These aren't the only reasons why the crisis sucks, though. Because this is 2022 on planet Earth, things are going to get worse, and more complicated.

Who Can Blame 'Em?

Part of the mitigation strategy to the energy crisis is for factories to close in order to save the fuel it would cost to run their operation and manufacture whatever products–what do they make overseas? Stroopwafels?–which is an understandable but unfortunate step. And while there are a lot of government programs softening this crisis, many small businesses, and others that are energy-intensive, are forced to make difficult decisions. At a time when the world is rather precariously perched on the rim of a recession, any more stagnation is liable to send us tumbling, and that is a real possibility this winter. That stagnation can pretty obviously reach overseas, to us, and while our energy costs may not exactly be spiking, we've talked about how shortages globally can mean problems locally.

In addition to the the potential recession and the inherent humanitarian issues associated with this energy crisis, there is the other arm of the Europeans strategy for mitigation: ramp up fossil fuel production. Britain just lifted a ban on fracking; there is mounting pressure for additional fossil fuel infrastructure; and coal plants are being brought back online. You can hardly blame folks for wanting to stay warm with the lights on, but this is the way the world ends. And as aggravating as Foreign Policy's tack was on Europe's try for green energy, it does reveal the practical realities we live in pre-collapse: we are simply without choices. If you lean renewable at this stage, it's quite easy to become destabilized; if you don't bother, you're speeding us toward a cliff.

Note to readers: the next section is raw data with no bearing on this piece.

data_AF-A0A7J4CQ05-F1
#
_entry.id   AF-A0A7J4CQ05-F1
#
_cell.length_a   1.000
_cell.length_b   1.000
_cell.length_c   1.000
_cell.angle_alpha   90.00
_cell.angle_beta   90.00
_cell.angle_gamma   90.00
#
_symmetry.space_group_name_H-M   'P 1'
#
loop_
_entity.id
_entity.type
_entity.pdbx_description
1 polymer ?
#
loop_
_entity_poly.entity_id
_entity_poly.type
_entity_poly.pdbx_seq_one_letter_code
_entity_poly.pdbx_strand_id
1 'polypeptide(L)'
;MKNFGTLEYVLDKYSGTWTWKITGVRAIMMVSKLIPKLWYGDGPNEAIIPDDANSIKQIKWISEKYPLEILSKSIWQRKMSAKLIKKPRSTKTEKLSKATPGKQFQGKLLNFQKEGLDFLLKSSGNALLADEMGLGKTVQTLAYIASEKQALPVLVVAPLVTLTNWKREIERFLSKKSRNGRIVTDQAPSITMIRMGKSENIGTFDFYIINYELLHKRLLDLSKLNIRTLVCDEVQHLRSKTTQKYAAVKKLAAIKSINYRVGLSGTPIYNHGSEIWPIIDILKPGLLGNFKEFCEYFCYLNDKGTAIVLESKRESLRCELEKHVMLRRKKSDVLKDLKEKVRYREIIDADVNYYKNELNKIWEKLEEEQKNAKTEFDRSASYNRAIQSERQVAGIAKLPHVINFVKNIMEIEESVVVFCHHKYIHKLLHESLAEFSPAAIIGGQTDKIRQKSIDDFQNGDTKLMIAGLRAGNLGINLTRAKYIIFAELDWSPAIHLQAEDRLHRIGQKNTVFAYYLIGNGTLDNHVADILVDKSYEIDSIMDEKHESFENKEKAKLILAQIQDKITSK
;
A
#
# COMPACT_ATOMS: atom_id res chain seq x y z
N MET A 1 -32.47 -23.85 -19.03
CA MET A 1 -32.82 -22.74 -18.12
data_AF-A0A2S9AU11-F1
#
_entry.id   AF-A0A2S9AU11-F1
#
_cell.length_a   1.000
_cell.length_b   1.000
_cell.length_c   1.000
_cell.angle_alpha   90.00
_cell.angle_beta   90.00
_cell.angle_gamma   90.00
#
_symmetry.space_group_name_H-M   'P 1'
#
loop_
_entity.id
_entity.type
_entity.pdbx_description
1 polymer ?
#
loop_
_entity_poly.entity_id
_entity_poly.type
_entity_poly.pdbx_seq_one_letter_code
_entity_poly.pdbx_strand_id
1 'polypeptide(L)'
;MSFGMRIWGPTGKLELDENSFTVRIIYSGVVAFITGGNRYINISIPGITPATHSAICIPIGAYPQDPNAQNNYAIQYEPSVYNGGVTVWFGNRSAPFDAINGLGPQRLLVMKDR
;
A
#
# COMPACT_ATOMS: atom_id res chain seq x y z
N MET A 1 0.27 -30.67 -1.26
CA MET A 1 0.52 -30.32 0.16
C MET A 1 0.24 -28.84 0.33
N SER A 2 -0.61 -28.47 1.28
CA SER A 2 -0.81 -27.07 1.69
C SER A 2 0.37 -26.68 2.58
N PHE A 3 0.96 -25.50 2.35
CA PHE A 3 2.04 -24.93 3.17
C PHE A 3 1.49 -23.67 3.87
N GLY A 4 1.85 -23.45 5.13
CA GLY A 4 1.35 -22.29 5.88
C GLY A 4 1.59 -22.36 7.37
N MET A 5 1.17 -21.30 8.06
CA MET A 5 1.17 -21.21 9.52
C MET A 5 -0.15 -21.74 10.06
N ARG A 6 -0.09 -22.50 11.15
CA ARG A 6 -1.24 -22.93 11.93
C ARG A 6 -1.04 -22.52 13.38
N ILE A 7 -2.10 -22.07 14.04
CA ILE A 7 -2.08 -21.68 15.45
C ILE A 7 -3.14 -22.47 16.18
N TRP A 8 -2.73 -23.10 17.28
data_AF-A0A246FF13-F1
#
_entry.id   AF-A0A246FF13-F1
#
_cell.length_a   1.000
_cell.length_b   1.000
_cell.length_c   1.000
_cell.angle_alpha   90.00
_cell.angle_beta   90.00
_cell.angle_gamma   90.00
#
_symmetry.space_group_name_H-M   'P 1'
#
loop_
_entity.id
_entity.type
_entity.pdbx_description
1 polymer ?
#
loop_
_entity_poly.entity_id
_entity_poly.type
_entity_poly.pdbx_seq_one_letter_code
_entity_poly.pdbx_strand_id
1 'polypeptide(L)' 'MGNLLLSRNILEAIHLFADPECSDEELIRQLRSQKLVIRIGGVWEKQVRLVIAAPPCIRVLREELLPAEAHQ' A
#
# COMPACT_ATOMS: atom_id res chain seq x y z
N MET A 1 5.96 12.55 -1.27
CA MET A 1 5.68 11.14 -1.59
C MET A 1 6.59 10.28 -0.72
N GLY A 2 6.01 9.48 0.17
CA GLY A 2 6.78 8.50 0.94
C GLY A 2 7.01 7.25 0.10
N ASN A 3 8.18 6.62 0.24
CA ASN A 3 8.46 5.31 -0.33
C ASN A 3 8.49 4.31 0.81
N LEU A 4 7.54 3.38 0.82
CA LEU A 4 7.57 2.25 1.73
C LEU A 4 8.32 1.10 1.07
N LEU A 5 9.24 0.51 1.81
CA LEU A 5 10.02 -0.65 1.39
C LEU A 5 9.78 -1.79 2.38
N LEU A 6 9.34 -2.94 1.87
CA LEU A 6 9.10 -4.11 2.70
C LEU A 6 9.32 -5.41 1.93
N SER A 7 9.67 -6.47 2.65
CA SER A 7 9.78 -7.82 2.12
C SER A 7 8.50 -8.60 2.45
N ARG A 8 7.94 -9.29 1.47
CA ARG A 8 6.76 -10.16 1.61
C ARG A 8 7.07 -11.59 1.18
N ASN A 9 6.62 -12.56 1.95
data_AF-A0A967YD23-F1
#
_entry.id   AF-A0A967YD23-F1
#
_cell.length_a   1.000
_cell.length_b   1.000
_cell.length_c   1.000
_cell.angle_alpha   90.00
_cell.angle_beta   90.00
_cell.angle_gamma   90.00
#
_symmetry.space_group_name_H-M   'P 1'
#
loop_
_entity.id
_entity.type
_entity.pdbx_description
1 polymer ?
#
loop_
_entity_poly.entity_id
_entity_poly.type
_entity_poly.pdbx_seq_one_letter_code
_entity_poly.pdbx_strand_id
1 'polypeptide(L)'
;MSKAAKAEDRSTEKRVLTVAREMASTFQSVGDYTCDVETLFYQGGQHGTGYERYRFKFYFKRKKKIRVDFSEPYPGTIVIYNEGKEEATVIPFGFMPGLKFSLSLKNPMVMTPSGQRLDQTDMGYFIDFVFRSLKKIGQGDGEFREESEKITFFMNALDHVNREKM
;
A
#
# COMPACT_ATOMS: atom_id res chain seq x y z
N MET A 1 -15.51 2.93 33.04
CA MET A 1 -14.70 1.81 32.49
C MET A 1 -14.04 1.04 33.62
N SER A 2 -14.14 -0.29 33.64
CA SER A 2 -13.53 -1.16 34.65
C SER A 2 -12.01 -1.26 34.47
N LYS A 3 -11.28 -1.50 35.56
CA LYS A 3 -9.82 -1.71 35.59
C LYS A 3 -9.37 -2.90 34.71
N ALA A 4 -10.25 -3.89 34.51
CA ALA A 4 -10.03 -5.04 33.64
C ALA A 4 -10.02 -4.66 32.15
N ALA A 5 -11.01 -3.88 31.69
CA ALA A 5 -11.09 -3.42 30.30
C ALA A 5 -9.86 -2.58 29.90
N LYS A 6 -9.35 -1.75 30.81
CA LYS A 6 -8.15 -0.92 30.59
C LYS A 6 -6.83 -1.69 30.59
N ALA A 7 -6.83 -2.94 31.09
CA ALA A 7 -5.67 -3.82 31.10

Sabotaging Our Attempt at Self-Sabotage

The probable sabotage of three pipelines in the Nord Stream system of natural gas infrastructure has set off a flurry of bullshit, not the least of which comes from the American rightwing media-sphere: